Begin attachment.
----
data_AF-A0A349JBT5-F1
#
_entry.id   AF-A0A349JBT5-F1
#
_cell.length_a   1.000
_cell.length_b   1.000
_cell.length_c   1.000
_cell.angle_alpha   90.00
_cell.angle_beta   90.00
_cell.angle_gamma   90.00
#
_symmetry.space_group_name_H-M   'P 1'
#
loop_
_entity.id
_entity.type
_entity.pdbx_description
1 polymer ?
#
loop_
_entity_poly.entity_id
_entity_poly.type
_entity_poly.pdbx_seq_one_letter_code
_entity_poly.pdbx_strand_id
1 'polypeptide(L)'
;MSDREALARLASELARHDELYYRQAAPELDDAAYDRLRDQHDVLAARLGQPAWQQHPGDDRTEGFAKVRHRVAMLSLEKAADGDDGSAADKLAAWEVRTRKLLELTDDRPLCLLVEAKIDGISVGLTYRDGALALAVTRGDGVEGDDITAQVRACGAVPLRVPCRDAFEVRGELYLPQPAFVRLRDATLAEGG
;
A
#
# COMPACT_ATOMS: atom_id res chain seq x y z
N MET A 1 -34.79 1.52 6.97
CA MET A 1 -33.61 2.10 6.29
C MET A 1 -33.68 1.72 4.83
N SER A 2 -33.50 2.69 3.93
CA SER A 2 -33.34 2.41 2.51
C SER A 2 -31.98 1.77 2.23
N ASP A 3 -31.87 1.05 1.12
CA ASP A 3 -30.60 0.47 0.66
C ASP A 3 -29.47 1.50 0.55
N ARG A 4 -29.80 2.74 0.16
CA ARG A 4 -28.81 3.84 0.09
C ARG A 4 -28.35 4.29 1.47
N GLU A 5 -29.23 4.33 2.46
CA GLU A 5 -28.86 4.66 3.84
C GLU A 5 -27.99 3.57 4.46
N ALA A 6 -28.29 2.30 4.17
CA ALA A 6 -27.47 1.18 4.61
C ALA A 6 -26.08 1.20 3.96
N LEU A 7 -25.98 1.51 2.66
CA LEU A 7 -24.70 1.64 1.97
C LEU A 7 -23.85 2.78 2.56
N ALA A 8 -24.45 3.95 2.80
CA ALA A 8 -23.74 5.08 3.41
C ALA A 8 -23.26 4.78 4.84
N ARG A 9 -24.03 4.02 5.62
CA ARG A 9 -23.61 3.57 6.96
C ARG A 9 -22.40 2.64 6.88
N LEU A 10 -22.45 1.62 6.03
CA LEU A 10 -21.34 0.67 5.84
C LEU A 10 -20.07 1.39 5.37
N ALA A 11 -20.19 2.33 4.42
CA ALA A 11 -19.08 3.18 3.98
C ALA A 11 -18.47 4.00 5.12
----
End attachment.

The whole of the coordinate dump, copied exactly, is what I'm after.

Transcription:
data_AF-A0A349JBT5-F1
#
_entry.id   AF-A0A349JBT5-F1
#
_cell.length_a   1.000
_cell.length_b   1.000
_cell.length_c   1.000
_cell.angle_alpha   90.00
_cell.angle_beta   90.00
_cell.angle_gamma   90.00
#
_symmetry.space_group_name_H-M   'P 1'
#
loop_
_entity.id
_entity.type
_entity.pdbx_description
1 polymer ?
#
loop_
_entity_poly.entity_id
_entity_poly.type
_entity_poly.pdbx_seq_one_letter_code
_entity_poly.pdbx_strand_id
1 'polypeptide(L)'
;MSDREALARLASELARHDELYYRQAAPELDDAAYDRLRDQHDVLAARLGQPAWQQHPGDDRTEGFAKVRHRVAMLSLEKAADGDDGSAADKLAAWEVRTRKLLELTDDRPLCLLVEAKIDGISVGLTYRDGALALAVTRGDGVEGDDITAQVRACGAVPLRVPCRDAFEVRGELYLPQPAFVRLRDATLAEGG
;
A
#
# COMPACT_ATOMS: atom_id res chain seq x y z
N MET A 1 -34.79 1.52 6.97
CA MET A 1 -33.61 2.10 6.29
C MET A 1 -33.68 1.72 4.83
N SER A 2 -33.50 2.69 3.93
CA SER A 2 -33.34 2.41 2.51
C SER A 2 -31.98 1.77 2.23
N ASP A 3 -31.87 1.05 1.12
CA ASP A 3 -30.60 0.47 0.66
C ASP A 3 -29.47 1.50 0.55
N ARG A 4 -29.80 2.74 0.16
CA ARG A 4 -28.81 3.84 0.09
C ARG A 4 -28.35 4.29 1.47
N GLU A 5 -29.23 4.33 2.46
CA GLU A 5 -28.86 4.66 3.84
C GLU A 5 -27.99 3.57 4.46
N ALA A 6 -28.29 2.30 4.17
CA ALA A 6 -27.47 1.18 4.61
C ALA A 6 -26.08 1.20 3.96
N LEU A 7 -25.98 1.51 2.66
CA LEU A 7 -24.70 1.64 1.97
C LEU A 7 -23.85 2.78 2.56
N ALA A 8 -24.45 3.95 2.80
CA ALA A 8 -23.74 5.08 3.41
C ALA A 8 -23.26 4.78 4.84
N ARG A 9 -24.03 4.02 5.62
CA ARG A 9 -23.61 3.57 6.96
C ARG A 9 -22.40 2.64 6.88
N LEU A 10 -22.45 1.62 6.03
CA LEU A 10 -21.34 0.67 5.84
C LEU A 10 -20.07 1.39 5.37
N ALA A 11 -20.19 2.33 4.42
CA ALA A 11 -19.08 3.18 3.98
C ALA A 11 -18.47 4.00 5.12